Alternative Dispute Resolution
Taking a dispute to court is usually the last resort as it can drain on your resources and be extremely disruptive to your business. Litigation is not the only way to resolve dispute. Alternative dispute resolution (ADR) is becoming an increasingly popular way to resolve disputes, often preferred to litigation because of its speed, flexibility and ability to deliver cost effective and confidential results which can sometimes preserve valuable business relationships.
ADR is the collective name for methods of resolving disagreements that don’t use a formal court process. Instead, they create a structured environment in which opposing parties and their legal representation can reach a settlement. Some involves third parties such as mediation, adjudication and arbitration whereas others, for example negotiation, do not. Some forms of ADR may be binding, such as expert determination, whilst conciliation and early neutral evaluation are not. SA Law is experienced in all forms of dispute resolution, and this quick-guide to the most common methods will help you to understand what is available.
A confidential negotiation in the presence of an impartial mediator who helps the opposing parties resolve the dispute. A meeting is attended by the parties, their lawyers and the mediator. The mediator’s job is to facilitate a negotiated settlement. The parties retain control over whether the case settles and if so the terms that are reached.
Early neutral evaluation
An impartial person is asked to provide a non-binding opinion based on their assessment of the dispute. This has the benefit of highlighting issues that parties may not have considered.
An expert in the relevant field is asked to provide a decision based on a detailed assessment of the dispute. Subject to certain conditions, the parties are contractually bound to accept this decision.
This is a process in which written submissions are made to an adjudicator, who makes a temporarily binding decision that is enforceable in court. Adjudication decisions can be challenged in court but only a court order can overturn an adjudicator’s decision.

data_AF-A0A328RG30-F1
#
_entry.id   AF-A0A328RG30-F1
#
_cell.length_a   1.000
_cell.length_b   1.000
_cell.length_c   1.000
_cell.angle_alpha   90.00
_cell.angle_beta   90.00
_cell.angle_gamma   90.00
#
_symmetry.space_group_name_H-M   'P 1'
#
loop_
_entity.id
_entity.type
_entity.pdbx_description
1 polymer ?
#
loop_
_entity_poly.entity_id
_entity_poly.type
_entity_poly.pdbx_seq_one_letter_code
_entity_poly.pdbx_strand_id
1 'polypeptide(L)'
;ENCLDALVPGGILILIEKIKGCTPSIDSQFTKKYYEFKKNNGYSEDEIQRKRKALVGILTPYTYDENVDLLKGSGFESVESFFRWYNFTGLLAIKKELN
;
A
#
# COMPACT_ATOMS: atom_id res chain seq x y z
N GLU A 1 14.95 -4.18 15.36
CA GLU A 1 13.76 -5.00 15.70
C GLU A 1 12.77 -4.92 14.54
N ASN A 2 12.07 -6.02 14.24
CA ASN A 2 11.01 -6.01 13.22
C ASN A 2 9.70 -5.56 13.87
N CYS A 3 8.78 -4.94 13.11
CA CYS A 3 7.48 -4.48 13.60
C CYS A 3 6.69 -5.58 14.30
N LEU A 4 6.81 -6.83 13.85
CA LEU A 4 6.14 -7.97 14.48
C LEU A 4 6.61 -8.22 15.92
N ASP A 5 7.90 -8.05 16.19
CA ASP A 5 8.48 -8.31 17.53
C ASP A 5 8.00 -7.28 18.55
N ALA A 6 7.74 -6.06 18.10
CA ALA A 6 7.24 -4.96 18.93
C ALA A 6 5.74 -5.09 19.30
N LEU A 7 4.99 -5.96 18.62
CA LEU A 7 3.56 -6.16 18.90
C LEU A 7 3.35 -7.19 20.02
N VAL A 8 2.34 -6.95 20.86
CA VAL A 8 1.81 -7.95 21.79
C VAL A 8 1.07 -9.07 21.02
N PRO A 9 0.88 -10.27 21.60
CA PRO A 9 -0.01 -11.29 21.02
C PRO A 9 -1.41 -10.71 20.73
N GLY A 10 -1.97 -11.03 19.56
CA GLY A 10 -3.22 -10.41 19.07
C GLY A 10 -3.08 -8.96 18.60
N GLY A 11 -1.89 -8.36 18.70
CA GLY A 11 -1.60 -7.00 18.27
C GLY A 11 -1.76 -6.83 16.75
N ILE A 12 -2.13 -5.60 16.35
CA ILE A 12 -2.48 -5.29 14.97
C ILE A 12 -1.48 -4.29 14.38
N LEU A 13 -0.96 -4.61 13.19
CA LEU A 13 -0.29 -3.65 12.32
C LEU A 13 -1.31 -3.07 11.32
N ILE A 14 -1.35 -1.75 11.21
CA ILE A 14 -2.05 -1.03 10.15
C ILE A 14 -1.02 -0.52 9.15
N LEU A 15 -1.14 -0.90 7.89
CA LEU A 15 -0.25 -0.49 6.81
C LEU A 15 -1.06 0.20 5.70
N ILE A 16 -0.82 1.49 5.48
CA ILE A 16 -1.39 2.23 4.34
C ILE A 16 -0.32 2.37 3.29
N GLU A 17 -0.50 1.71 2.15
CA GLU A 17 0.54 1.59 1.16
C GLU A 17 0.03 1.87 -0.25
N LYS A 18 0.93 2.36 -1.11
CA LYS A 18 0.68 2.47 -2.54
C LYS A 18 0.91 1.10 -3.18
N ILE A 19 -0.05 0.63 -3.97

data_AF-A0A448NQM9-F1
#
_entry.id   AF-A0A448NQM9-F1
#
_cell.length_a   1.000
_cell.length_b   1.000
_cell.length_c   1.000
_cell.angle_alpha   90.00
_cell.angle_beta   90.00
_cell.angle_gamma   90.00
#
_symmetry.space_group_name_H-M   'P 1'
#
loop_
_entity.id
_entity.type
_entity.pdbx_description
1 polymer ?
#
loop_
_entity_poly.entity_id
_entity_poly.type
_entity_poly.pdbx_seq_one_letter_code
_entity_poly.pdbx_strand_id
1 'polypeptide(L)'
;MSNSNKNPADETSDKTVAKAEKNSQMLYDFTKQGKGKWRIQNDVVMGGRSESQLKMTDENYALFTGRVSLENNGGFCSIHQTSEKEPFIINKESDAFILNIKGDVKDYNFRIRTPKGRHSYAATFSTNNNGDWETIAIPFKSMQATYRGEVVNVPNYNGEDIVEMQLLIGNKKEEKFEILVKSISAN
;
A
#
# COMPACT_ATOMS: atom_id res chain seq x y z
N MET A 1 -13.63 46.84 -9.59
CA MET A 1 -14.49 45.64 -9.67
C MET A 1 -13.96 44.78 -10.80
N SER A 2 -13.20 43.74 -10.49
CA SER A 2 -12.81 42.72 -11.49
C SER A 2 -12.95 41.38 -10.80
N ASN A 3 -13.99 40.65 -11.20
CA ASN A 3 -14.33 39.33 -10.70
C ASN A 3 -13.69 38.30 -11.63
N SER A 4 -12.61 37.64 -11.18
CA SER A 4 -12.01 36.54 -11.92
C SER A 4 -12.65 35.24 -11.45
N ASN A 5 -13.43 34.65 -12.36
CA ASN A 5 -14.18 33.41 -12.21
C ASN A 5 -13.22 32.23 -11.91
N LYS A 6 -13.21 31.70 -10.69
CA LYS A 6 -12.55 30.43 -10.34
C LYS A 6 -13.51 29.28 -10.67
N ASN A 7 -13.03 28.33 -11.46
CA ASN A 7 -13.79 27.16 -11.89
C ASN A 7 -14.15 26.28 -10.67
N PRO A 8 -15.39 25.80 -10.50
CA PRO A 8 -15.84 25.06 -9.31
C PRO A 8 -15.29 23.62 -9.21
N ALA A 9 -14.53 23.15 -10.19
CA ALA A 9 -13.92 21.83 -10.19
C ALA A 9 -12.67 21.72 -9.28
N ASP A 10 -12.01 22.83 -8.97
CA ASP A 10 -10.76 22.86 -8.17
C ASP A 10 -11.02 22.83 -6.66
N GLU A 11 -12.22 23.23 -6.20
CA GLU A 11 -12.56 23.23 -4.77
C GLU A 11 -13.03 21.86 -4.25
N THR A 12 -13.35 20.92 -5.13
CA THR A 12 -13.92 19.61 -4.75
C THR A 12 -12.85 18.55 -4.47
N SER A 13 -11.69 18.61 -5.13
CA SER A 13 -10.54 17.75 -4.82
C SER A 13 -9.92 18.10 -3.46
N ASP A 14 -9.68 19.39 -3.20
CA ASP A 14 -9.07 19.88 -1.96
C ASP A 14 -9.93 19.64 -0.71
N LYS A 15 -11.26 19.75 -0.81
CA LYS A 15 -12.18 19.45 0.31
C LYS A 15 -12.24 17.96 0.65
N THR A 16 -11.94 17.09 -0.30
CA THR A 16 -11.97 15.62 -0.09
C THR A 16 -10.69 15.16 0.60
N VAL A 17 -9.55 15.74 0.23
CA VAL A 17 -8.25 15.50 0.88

This is very much like court proceedings in many ways, but can be quicker and less expensive. An independent arbitrator reviews the evidence and documentation, and makes a binding decision that is enforceable in court.
How we help you
- In some cases, litigation may be the only route, but you can rest assured that we take a stringent approach to managing costs, and have an exceptional track record of winning success for clients.
- An incorrect choice of dispute resolution method can easily hamper your prospects of a quick resolution and run up wasted costs. Call us for a confidential discussion about your situation, and we can give you an early indication of the most appropriate options to resolve your dispute swiftly, cost-effectively and with the minimum disruption to your business.
It’s good to bear in mind...
- You may be contractually bound to use a form of ADR. Check the dispute resolution sections of any contracts that you have entered into,
- Mediation can be extremely helpful as it allows parties to talk to each other face-to-face. This provides the opportunity to discuss a much wider range of issues that may be relevant to the dispute. Often a solution can be reached that secures the existing business relationship. There can be serious costs consequences of unreasonably refusing to mediate and therefore an invitation to mediation should always be seriously considered.
- Evidence is just as essential to alternative methods of dispute resolution as it is to court litigation. Make sure you keep good records, and gather evidence to support any points you wish to make. The strength of the evidence can have a huge impact on whether a settlement can be achieved.
At SA Law our team of experienced litigation solicitors can advise you on which method of ADR is best for you, taking into account your business objective and the type of dispute. To discuss how ADR could help you to resolve a business dispute call Robert Ryall or Tracy Lacey-Smith on 01727 798092 .
Alternative dispute resolution: Why should you mediate (and what happens if you don’t)?
Clare Mackay explains mediation in a commercial setting and how it can be employed to resolve disputes.
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